Jane: I know of two friends who have them. One has a Kindle and one has a Sony. The one who has the Kindle likes that you can plug it in to charge overnight, and when he gets up in the morning, his New York Times is on the Kindle, waiting for him to read it while having his coffee. The other one doesn't need this feature and didn't want to pay extra for it. He's happy with his. I don't know whether the Kindle can be plugged into the computer, but I would be surprised if it didn't. Unless it's its own computer...but maybe someone else knows. --P
I hope that this is the correct place to post this question...
I just bought a copy of the 1948 edition of "Snowtime Sweaters". In the author's (Gretchen Baum) suggestions, she states that these patterns are planned stitch by stitch. Therefore, if I want to change the size of the sweater, I should change the needle size or type of yarn. All of the sweater patterns (regardless of size) call for size 5 needles for the body and worsted weight yarn. Does this truly mean that I can change the size 34-36 sweater to a size 40 by going up to a size 6 or 7 needle? All of the stitch gauge are 5 1/2 stitches = 1 inch. Does it also mean that I could increase the size by using heavy worsted instead of regular worsted?
Thanks for any advice. I love these sweater patterns, but most of the women's patterns are too small for me.
Cherrie: Check back for answers from others, but here's my opinion. 5 1/2 sts/in is fairly dense, so you should be able to use a bigger needle. Worsted weight yarn commonly knits at 4.5 - 5 sts/in. You need to find out how much ease is planned into the sweater. If they made a sweater exactly 36" in diameter at 5 1/2 sts/in, it would take 198 sts, including front and back knit in the round, or 101 sts each with the front and back knit separately, allowing for a seam on each side. Add in ease of 2-4 in. (for example) for your 34-36" size would bring the total sts up to 209 k in the rnd or 107 each front and back. If you use a needle that will give you 5 sts/in you would get almost 42" allowing you 2" ease. A needle size that would give you 4 1/2 sts/in would give you a total finished chest measurement of more than 46" allowing plenty of ease for a size 40. I was around in 1948, and it seems I remember ski sweaters or winter sweaters as being fairly fitted, and if this is the case with the sweater you want to make, you should make sure your gauge swatch is accurate. If no ease is planned in, you should still be able to decrease your sts/in with a larger needle and get the size you want. The less ease is planned in, the more crucial it is that you not make it too small, but the same principles apply. Let me know how many sts are in the pattern, and I should be able to tell you exactly how big the sweater will be with the larger gauge. --P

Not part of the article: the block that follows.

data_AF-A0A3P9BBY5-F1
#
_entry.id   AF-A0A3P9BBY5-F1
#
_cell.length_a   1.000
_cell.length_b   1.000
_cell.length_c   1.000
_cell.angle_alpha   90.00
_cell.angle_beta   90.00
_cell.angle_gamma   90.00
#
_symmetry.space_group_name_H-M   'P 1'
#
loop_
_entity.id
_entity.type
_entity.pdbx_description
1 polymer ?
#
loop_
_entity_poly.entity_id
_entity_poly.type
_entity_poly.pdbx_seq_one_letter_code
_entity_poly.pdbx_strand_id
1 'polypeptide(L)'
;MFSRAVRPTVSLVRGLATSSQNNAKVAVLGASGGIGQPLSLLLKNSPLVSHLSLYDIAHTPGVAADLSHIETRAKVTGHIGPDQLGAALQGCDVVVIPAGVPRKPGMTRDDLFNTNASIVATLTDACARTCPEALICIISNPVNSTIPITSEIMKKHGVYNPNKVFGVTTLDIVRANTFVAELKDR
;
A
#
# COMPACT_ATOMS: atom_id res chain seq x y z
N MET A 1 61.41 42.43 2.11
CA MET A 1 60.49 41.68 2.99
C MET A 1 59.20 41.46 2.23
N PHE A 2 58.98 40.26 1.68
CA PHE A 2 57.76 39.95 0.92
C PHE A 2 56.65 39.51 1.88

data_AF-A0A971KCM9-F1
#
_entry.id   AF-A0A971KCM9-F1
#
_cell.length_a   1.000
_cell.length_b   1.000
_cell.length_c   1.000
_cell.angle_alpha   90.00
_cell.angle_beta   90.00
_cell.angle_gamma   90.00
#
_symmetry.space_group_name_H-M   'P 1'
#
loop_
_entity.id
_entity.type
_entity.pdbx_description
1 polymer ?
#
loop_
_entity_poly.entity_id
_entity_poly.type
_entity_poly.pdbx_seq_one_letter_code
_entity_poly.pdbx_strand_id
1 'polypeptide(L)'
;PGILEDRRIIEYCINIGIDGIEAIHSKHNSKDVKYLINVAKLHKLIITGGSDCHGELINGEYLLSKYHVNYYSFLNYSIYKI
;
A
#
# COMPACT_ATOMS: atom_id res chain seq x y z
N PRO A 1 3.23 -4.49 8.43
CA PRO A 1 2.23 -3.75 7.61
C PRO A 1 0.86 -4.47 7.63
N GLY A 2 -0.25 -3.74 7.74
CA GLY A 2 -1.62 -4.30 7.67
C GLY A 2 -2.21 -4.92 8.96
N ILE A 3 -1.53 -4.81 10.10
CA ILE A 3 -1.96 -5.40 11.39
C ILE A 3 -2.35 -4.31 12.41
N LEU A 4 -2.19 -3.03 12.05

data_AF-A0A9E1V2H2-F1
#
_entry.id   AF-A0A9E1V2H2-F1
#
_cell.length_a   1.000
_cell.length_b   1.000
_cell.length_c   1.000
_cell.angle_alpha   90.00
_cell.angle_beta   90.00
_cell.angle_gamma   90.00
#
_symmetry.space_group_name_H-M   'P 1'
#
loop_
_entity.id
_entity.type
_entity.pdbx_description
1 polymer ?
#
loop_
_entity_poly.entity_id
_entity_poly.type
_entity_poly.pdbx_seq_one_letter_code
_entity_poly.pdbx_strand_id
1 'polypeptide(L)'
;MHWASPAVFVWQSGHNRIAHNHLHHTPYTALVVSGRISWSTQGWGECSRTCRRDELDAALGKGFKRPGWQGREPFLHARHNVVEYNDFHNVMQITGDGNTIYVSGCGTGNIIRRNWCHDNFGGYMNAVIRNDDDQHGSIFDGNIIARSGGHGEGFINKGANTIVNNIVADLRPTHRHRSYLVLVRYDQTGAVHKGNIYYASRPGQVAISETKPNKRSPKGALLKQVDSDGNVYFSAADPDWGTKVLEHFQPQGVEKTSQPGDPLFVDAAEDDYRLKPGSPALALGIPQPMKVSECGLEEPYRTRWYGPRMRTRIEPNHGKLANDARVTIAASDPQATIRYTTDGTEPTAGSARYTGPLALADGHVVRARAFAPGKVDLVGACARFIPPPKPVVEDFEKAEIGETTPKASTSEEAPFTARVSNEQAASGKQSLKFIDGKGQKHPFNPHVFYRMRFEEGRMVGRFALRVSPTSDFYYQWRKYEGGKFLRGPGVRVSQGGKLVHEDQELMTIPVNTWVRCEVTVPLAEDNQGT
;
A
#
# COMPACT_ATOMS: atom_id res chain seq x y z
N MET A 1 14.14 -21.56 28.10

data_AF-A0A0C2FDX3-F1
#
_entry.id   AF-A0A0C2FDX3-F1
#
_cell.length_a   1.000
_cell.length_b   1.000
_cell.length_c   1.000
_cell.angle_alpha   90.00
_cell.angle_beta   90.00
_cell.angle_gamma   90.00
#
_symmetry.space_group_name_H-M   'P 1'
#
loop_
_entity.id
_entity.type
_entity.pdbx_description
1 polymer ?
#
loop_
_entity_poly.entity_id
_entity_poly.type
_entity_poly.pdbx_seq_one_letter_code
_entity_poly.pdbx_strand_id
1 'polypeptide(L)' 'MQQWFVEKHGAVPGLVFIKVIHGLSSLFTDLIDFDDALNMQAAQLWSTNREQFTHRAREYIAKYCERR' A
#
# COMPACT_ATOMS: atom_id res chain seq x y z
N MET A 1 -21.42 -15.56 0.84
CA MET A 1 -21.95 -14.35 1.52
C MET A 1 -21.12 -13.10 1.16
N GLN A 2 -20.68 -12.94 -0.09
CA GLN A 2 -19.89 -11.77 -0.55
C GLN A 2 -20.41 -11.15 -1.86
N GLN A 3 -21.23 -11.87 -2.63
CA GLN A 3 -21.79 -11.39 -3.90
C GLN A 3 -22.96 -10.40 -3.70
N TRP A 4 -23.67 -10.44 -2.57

Peggy: Thanks for your help with this. I hadn't even considered the 'ease'.
The size 34-36 sweater has total of 184 stitches (front -92 st. and back - 92 st). That seems pretty 'fitted' to me.
I also noticed that the men's size 40, in a different pattern, has a total of 208 stitches. Much closer to the number of stitches I would probably need for my size.
I've done fair-isle knitting before, but have always used a pattern that is my size. I'm trying to challenge myself a little by playing around with sizing and then realized that I had no idea how to figure it out.
Cherrie: I'm glad it was helpful. Yes, that does seem fitted, even to the point of negative ease. You might have a look at the instructions, too, and see if the men's is bigger in the shoulders or if it's pretty much the same sweater as the women's. You wouldn't want to make a sweater that is designed to be skin tight, but it overly tight in some places and too loose in others. That said, knitted fabric tends to be somewhat forgiving, so small variations aren't so important. Let me know if you need further help. Sounds like an exciting project! --P
I looked at both, and I really don't think so. I looked at the Boyfriend Hat over on Ravelry, and read the directions for the hat in the "Knititng Workshop" - and they look different to me. --S